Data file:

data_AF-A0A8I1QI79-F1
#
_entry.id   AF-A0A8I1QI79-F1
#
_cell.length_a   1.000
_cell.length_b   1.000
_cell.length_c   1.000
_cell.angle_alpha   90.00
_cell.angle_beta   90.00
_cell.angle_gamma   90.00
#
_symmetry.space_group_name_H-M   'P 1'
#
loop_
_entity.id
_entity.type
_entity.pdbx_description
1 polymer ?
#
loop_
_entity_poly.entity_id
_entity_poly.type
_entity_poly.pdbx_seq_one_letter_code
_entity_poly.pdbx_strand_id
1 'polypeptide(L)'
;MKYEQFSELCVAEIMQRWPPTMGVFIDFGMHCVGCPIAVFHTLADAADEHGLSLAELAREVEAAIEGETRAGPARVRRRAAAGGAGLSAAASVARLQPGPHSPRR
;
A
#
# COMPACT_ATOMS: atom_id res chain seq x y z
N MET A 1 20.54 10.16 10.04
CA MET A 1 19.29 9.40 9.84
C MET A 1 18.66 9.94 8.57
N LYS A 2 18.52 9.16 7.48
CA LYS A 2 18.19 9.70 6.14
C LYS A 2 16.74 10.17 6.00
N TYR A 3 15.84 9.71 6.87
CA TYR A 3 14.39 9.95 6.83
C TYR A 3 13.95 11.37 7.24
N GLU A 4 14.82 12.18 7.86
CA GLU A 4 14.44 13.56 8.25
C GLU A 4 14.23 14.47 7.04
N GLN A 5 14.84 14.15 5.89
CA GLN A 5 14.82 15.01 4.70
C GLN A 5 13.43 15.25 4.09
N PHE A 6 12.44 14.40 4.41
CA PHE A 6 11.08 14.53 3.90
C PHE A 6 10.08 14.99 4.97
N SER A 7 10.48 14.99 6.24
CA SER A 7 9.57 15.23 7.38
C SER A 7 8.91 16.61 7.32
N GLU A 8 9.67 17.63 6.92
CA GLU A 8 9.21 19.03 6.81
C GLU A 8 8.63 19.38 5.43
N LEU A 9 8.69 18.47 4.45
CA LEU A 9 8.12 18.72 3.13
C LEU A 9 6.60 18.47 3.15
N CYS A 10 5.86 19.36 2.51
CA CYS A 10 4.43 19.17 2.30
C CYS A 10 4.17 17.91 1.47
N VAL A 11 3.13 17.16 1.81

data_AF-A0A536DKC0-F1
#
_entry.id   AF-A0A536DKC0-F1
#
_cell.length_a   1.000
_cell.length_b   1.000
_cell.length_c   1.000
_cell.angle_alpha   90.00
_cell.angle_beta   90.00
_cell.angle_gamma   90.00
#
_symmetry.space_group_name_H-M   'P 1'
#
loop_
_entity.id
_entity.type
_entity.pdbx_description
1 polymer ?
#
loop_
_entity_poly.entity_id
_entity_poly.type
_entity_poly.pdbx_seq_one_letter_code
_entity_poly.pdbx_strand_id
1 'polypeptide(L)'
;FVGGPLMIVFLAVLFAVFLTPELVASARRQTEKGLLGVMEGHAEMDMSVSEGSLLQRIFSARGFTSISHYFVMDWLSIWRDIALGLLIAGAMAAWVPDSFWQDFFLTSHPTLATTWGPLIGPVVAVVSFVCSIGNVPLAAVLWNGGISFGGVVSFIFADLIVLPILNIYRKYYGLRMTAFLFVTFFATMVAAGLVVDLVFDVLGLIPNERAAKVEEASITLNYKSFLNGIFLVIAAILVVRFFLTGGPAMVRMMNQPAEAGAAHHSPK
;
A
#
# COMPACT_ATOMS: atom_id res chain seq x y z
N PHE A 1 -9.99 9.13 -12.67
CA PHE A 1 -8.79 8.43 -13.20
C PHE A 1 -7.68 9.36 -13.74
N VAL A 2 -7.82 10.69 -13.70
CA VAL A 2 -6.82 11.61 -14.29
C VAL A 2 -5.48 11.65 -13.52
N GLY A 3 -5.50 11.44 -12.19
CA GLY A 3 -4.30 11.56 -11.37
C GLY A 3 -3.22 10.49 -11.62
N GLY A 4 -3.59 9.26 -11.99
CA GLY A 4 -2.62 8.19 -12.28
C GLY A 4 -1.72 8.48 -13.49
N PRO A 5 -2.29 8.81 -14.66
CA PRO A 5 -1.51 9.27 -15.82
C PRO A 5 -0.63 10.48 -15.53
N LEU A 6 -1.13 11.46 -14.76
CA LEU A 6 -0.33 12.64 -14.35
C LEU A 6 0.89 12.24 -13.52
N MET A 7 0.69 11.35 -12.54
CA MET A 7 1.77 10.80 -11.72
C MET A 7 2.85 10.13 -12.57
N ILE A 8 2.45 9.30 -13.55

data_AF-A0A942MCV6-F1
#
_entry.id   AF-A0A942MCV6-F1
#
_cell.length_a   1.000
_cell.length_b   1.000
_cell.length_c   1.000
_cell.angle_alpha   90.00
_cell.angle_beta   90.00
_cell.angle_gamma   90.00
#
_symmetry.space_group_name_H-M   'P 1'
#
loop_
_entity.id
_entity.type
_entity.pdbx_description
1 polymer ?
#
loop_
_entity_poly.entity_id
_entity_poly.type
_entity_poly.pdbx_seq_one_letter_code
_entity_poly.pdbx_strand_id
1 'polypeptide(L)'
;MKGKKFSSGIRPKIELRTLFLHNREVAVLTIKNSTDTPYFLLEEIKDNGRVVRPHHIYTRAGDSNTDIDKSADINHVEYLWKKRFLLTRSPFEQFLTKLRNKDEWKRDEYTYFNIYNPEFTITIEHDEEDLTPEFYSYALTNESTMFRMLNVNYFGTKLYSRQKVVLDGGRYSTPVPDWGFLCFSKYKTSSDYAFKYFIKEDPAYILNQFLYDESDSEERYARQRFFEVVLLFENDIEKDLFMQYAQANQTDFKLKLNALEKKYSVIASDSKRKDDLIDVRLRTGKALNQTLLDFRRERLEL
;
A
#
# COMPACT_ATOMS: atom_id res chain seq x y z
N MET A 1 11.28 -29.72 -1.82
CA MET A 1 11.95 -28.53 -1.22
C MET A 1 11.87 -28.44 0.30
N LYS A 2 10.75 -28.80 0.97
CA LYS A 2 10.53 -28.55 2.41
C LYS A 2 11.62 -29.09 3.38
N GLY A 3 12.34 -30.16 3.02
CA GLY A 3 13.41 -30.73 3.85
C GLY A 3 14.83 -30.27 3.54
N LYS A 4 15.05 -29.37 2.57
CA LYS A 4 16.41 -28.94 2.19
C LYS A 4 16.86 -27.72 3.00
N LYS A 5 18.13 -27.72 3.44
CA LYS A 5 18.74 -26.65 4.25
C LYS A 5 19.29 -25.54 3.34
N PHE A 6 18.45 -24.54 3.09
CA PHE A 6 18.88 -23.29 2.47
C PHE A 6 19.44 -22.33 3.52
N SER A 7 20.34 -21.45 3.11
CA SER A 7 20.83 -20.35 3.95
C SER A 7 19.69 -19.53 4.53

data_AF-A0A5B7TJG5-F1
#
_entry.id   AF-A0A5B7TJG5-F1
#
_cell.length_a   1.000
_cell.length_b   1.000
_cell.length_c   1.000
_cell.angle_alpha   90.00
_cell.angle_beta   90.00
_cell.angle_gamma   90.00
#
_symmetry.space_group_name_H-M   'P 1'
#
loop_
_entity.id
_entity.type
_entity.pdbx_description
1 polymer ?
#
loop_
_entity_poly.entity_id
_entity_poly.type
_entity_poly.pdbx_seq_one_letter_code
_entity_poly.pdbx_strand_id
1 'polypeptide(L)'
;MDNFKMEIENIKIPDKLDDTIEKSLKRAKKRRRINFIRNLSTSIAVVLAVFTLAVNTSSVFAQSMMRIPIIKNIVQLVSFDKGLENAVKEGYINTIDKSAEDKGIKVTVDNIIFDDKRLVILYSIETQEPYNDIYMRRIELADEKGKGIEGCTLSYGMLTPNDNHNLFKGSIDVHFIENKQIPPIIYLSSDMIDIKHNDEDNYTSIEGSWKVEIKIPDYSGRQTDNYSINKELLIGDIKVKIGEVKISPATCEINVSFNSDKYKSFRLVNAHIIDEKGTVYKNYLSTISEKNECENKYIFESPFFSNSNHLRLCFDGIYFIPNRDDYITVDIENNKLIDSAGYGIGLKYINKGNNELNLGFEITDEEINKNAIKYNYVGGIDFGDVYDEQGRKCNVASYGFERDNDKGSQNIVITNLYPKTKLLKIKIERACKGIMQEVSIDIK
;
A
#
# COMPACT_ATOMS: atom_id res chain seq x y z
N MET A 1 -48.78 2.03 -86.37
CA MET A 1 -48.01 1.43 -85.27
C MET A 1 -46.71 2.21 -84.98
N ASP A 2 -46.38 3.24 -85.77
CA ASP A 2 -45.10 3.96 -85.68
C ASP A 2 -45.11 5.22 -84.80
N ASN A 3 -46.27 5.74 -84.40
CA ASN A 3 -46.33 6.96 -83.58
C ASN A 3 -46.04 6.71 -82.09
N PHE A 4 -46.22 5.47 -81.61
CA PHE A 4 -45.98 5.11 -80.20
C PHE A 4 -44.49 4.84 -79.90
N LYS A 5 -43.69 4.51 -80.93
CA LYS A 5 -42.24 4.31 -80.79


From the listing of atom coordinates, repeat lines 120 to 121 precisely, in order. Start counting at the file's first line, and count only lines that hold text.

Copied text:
_cell.length_c   1.000
_cell.angle_alpha   90.00